Comprehensive and collision coverage

This coverage pays to repair or replace your motorcycle if a thief makes off with it or if it is damaged in an accident. Without comprehensive and collision coverage, there will be no coverage for the bike in an at-fault accident.

Collision insurance covers damage to your bike in a crash, while comprehensive insurance for motorcycles covers theft, vandalism and any other damage that's not from a crash.

If you've taken out a loan for your motorcycle, your lender will require full coverage. But it can be a good idea even if you own the vehicle outright, especially if it's expensive. 

Guest passenger liability

Is somebody riding on the bike with you? You may not be covered for their medical bills if something goes wrong unless you have this coverage.

Uninsured/underinsured motorist coverage

Uninsured or underinsured motorist coverage kicks in if you get into an accident with someone and they're at fault but they don't have insurance or enough insurance to pay for damages done to you and your bike. 

Medical payments

This coverage helps to cover medical costs for you, household members, and passengers, regardless of fault. It can fill in some of the gaps in your health insurance and there is no deductible.

Personal injury protection (PIP)

Persona injury protection is no-fault medical coverage for you, regardless of fault, that is more comprehensive than what's offered by medical payments coverage. It's required by law in some states and can cover not only medical bills but lost wages and funeral costs.

Equipment coverage

You can also add coverage for equipment and gear, such as jackets, boots, saddlebags and other expensive equipment that's unique to motorcycles.

What motorcycle insurance coverage is needed to cover injuries?

The type of coverage you need for injuries depends on who is injured and who is at fault. If you are not at fault in an accident, both your PIP coverage and the other driver's liability coverage could pay for your injuries, depending on state law.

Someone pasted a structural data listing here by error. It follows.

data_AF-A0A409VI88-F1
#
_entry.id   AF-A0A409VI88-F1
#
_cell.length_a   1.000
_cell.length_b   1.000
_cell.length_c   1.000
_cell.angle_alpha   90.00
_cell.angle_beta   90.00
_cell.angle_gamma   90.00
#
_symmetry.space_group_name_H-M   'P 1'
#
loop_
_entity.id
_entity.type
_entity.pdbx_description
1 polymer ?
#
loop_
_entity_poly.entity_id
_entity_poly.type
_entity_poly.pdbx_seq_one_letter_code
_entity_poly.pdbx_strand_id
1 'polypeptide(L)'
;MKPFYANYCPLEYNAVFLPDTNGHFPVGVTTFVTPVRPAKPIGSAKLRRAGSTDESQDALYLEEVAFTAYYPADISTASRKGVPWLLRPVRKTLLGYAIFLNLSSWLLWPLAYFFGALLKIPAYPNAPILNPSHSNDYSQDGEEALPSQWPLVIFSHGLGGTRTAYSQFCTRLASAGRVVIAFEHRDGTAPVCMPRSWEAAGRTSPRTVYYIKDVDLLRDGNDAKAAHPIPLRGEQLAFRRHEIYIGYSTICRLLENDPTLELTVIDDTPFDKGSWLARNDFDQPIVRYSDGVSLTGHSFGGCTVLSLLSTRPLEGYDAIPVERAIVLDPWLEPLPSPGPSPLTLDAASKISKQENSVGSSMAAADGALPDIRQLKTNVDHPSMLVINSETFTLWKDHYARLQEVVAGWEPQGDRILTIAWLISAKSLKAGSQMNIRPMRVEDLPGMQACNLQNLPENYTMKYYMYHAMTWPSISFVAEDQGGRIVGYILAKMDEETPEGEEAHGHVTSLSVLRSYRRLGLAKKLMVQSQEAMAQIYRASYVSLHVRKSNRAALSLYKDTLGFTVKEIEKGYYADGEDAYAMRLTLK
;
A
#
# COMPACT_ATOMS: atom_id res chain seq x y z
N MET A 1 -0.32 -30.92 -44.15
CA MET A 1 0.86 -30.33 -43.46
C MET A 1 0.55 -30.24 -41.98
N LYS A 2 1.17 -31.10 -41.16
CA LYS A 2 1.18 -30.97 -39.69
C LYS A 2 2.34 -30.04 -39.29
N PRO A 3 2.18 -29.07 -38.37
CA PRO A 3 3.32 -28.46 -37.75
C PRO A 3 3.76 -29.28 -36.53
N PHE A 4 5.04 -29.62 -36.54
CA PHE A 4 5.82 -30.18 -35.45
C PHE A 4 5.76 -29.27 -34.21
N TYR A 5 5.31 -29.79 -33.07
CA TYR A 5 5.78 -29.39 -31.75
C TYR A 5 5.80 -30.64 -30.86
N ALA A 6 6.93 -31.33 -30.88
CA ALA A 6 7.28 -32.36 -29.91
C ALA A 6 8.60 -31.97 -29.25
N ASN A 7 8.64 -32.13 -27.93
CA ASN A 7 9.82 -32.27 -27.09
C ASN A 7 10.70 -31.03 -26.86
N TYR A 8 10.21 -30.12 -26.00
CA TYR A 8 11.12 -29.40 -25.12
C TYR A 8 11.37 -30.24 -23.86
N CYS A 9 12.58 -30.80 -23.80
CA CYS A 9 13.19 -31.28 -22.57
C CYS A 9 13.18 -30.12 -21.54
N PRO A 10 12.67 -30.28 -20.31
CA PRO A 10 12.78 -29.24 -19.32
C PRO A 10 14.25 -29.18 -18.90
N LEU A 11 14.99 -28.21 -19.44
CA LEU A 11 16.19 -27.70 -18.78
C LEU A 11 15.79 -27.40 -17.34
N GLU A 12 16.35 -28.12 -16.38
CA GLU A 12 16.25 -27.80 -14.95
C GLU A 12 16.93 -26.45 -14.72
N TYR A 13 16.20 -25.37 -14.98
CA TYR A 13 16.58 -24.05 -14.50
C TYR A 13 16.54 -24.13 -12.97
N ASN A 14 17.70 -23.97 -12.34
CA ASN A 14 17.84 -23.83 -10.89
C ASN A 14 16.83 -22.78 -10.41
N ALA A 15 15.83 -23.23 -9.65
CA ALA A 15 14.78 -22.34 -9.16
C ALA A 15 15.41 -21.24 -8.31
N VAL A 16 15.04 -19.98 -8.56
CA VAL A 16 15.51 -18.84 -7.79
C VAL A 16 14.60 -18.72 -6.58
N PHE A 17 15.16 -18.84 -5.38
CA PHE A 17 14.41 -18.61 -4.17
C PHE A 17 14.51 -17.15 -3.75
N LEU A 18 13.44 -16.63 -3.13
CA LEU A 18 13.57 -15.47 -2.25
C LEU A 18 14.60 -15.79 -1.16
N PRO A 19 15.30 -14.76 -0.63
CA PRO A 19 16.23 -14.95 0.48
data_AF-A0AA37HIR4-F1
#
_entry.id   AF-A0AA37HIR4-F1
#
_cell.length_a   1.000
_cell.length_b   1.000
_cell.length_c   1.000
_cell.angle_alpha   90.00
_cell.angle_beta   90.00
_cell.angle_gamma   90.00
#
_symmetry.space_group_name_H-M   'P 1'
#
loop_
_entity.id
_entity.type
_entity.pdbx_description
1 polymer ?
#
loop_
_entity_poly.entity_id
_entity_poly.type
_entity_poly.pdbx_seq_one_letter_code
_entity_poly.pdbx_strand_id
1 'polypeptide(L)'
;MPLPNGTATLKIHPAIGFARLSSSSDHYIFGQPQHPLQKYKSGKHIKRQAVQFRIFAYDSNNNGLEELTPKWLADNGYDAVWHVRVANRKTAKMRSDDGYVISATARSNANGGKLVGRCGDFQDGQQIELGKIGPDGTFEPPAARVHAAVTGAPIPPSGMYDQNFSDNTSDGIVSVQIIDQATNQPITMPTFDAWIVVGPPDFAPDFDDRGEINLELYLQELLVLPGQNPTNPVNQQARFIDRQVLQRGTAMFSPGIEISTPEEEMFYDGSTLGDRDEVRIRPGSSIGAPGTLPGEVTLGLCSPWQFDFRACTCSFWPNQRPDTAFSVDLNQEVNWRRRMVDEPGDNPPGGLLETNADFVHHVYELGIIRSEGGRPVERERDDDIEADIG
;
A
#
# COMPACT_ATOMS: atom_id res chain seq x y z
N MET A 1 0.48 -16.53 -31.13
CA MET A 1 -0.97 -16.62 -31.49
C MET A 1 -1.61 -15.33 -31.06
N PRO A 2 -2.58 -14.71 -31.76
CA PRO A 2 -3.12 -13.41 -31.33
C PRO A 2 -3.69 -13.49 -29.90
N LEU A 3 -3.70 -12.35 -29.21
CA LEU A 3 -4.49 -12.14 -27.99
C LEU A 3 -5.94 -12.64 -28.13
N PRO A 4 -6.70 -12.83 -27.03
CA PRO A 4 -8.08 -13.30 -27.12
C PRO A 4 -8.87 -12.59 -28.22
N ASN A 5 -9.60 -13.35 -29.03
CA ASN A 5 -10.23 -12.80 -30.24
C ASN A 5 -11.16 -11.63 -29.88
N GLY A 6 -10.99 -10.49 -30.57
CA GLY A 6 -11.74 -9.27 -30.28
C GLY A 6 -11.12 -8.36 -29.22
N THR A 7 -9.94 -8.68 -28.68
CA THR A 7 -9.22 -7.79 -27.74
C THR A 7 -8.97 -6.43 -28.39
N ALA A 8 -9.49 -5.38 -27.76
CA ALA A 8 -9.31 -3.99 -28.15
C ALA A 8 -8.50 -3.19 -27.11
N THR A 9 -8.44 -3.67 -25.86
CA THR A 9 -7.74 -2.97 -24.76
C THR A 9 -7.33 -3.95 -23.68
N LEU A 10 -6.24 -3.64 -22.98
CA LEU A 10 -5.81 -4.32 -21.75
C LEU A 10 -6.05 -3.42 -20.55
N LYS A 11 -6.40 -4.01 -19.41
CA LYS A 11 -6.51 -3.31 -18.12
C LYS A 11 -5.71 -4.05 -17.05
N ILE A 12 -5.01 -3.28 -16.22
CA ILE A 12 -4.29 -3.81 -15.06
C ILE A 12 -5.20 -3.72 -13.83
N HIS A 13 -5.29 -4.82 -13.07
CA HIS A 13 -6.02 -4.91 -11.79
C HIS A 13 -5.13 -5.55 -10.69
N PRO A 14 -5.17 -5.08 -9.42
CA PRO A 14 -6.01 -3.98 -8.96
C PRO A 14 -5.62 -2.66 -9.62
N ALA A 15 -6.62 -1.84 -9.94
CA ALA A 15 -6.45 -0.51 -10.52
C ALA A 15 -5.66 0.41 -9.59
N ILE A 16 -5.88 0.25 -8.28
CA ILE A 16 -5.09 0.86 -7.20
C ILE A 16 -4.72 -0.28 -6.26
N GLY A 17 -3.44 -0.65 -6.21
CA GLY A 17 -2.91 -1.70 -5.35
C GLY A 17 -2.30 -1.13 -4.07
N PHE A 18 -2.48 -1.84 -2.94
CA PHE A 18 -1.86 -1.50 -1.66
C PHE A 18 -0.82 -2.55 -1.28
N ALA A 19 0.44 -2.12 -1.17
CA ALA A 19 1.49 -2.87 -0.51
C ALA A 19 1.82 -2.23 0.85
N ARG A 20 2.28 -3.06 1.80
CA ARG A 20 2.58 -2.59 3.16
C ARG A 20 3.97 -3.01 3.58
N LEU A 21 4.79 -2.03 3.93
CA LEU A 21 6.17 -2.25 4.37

If you're at fault, your liability insurance will cover injuries to others, but not your own injuries. For that, you will need either PIP, medical payments, or your health insurance. These coverages will sometimes work together.

What does motorcycle insurance not cover?

There are some situations when your motorcycle insurance doesn't apply. This will depend on the insurer, but one instance that may not be covered is a track day. If you plan to ride competitively, you may be excluded from coverage, though buying separate insurance specifically for track days or competitions is possible.

Additionally, your insurance policy may not cover commercial use of a motorcycle. You might need to look into a commercial policy if you regularly ride your motorcycle for job-related purposes.

How much is a motorcycle insurance policy?

It varies, but the average cost of full coverage motorcycle insurance is generally less than car insurance. The cost of a motorcycle insurance policy varies depending on factors such as your state, coverage level, usage, age, credit score and more. Generally, motorcycle insurance is not expensive.

"The minimum cost I have seen is $40 per year, but typically, it ranges from $250 to $1,500 per year," Hamill said.

That means you could expect to pay as little as $20 per month. For instance, the average rate for Progressive motorcycle insurance with liability-only coverage is $12.29 per month in low-cost states and $17.20 per month in high-cost states.

Of course, if you have a particularly expensive bike, poor driving record or credit, little experience riding, etc., you could end up paying closer to the higher end of that spectrum. And full coverage will have an additional cost.